Mosque Maryam, National Headquarters of the Nation of Islam.

It has been 40 years since the Kerner Commission (pdf), empaneled by President Johnson following the urban rebellions and riots in Newark and Detroit, issued its famous warning: “Our nation is moving toward two societies, one black, one white–separate and unequal. … Discrimination and segregation have long permeated much of American life; they now threaten the future of every American.”

At the dawn of the 21st century, Americans still lead highly segregated lives based on where we live, go to school and worship. We are separated by the things we watch on television. We are generally separated along racial lines when it comes to high profile and racially charged cases, like the O.J. Simpson murder trial, and when it comes to charges of police brutality. There is an economic divide, with Blacks earning less than Whites, on average, for the same jobs. There is a health divide, with the health status of Blacks lagging behind Whites–even when Blacks have similar incomes to Whites and health insurance. There is a penalty Blacks pay just for being Black, spending more for goods and services, whether the penalty is assessed in outrageous mark-ups at ghetto corner stores or in denial of home mortgage loans by banks and being steered to high interest loans by mortgage brokers. There is a justice divide with harsher sentences meted out to Blacks for crimes and fewer chances for rehabilitation.

We live in separate and often hostile realities. By the nature of our 400 year history, how can we see things the same way?


In particular, how can we see an extraordinary Black man and an extraordinary movement in the same way? The Honorable Minister Louis Farrakhan and the Nation of Islam are well known, respected and loved by the Black community and the oppressed. And that love extends from far beyond the fact that the Nation has a track record for reforming those destroyed by and left at the bottom of American society.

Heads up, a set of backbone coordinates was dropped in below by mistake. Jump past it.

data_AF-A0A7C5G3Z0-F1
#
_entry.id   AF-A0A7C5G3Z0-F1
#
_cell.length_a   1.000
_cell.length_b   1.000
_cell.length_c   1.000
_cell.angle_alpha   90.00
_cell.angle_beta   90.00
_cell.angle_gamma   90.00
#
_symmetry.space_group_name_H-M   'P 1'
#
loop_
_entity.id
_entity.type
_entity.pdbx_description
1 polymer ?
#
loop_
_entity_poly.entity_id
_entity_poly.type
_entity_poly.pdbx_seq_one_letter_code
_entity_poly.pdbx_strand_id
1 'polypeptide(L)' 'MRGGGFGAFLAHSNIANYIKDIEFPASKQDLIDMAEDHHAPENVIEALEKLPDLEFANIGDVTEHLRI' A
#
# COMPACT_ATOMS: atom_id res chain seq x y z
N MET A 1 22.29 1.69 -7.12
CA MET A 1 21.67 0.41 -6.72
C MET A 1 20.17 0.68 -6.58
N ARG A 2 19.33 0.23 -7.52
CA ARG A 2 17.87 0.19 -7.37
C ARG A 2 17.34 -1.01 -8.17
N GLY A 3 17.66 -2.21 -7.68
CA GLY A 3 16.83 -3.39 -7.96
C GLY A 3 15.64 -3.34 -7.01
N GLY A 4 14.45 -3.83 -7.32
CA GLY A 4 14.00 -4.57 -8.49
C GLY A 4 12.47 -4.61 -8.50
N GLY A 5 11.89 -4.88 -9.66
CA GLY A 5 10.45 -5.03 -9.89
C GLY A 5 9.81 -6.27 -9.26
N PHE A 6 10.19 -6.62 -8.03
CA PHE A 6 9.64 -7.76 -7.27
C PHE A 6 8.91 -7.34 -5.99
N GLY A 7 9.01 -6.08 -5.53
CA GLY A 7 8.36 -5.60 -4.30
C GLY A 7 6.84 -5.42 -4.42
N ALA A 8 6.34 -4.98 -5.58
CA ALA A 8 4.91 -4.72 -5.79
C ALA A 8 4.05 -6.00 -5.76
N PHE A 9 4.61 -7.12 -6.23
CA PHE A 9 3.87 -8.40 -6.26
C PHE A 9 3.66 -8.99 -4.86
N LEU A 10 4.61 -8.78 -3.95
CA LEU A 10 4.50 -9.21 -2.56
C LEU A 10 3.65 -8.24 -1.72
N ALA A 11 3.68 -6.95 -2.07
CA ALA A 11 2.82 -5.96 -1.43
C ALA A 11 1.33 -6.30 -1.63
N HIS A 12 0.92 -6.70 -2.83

The Black Muslims in America are generally seen as decent, hardworking, honest “brothers and sisters” dedicated to serving a community and people that White America has shown she does not care about and has little use for. Muslims are known for speaking straight words to those who enjoy power and influence and who force Black leaders, politicians, businessmen, activists, academics and intellectuals to bow at the altar of White Power and White Supremacy.

The Nation of Islam has inspired Black Americans to be proud of themselves and their heritage and inspired Black organizations and leadership to challenge injustice. There would have been no Alex Haley and no “Roots,” without the Nation of Islam and Minister Malcolm X. There would likely have been no Black Panther Party without Min. Malcolm’s words from the Hon. Elijah Muhammad that touched Panther Party co-founder Huey P. Newton. There would certainly have been no Malcolm X, Muhammad Ali, Imam W.D. Mohammed, Louis Farrakhan or other mighty Nation of Islam ministers without the Hon. Elijah Muhammad as their teacher.

The teachings of the Hon. Elijah Muhammad and his attacks on White Supremacy-laden Christianity as taught by our slave former slave masters and their children spurred many Black theologians to research and document the Black presence in the Bible and re-teach theology from the perspective of the Original People, tracing its origins back to ancient Egyptian writings and connecting religion to the struggle for liberation.